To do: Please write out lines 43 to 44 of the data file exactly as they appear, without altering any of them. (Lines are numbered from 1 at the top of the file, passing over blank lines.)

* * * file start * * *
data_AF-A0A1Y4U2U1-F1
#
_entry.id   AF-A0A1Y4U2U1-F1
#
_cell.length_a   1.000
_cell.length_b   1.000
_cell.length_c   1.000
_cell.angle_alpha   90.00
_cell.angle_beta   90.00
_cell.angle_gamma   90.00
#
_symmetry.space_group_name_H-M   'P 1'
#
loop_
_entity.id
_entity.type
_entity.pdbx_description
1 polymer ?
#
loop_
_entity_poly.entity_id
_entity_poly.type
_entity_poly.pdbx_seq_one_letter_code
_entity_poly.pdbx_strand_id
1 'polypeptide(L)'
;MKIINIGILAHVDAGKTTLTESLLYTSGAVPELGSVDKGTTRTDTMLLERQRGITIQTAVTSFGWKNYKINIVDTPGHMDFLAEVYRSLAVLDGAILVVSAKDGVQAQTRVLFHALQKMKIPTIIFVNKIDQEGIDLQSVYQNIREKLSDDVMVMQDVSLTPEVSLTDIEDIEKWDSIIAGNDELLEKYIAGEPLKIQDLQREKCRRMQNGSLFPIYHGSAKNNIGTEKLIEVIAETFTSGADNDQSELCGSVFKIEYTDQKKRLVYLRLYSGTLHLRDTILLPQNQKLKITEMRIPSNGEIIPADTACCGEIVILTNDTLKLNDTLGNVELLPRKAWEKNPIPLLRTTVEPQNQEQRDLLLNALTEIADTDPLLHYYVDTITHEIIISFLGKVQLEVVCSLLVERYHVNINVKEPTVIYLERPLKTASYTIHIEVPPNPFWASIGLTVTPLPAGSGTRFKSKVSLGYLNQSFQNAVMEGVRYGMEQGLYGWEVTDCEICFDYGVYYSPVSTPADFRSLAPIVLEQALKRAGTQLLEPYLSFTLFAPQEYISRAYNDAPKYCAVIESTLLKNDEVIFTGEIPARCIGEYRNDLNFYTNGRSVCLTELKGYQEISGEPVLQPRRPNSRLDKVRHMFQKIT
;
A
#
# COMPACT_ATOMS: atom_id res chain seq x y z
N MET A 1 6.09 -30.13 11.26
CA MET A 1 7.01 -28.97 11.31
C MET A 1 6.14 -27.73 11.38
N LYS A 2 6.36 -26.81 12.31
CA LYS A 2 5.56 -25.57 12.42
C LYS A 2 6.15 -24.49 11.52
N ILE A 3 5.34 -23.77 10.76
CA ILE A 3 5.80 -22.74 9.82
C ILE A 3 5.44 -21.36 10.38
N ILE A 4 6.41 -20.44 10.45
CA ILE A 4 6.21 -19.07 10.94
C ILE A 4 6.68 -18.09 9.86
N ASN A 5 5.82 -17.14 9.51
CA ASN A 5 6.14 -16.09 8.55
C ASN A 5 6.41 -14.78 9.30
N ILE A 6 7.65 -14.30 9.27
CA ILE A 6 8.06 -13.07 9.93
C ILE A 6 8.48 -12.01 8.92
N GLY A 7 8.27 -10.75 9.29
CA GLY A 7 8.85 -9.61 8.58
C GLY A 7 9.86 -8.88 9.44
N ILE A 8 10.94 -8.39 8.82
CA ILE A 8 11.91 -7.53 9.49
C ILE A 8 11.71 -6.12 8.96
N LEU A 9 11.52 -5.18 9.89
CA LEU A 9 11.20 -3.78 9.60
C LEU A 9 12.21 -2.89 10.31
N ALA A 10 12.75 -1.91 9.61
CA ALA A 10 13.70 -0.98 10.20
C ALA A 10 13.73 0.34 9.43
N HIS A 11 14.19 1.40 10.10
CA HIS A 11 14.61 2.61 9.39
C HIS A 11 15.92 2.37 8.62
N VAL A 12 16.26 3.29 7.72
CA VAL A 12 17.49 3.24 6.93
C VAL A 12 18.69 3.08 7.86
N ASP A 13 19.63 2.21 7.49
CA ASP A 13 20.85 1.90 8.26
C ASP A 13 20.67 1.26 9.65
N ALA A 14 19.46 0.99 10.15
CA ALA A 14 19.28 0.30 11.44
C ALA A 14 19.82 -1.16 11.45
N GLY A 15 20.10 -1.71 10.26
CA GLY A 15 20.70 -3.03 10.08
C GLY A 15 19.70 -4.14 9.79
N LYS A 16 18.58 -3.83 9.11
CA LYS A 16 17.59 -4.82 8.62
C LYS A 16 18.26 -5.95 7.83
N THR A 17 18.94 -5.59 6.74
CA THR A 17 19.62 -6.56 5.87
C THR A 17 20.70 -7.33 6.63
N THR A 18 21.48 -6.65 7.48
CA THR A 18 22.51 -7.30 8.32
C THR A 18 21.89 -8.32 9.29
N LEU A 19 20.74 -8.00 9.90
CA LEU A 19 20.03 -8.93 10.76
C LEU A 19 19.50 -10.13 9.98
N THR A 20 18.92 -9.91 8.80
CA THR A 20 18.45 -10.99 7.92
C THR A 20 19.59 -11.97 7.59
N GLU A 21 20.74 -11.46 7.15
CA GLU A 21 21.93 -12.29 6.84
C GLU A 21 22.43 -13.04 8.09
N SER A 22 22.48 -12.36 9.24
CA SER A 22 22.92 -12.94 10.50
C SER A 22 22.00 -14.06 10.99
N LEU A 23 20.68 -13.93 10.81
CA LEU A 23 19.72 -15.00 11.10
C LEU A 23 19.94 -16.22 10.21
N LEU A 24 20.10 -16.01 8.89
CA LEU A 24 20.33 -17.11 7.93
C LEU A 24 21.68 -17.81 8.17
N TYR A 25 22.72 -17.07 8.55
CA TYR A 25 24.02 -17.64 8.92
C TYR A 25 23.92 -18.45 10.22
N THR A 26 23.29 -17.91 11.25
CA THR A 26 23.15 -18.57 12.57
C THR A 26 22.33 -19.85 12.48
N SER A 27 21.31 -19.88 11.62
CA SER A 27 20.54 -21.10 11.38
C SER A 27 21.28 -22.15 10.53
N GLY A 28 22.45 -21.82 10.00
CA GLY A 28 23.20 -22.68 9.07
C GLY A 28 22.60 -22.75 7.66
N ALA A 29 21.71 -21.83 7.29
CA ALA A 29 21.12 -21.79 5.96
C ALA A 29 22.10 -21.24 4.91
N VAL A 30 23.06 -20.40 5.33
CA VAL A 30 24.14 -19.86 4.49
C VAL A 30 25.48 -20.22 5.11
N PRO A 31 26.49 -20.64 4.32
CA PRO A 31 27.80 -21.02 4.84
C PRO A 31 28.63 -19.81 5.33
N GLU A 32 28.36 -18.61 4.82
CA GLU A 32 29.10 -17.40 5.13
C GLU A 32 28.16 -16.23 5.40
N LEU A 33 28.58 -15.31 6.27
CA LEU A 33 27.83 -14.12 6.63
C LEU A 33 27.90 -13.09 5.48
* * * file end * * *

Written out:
N ASN A 5 5.82 -17.14 9.51
CA ASN A 5 6.14 -16.09 8.55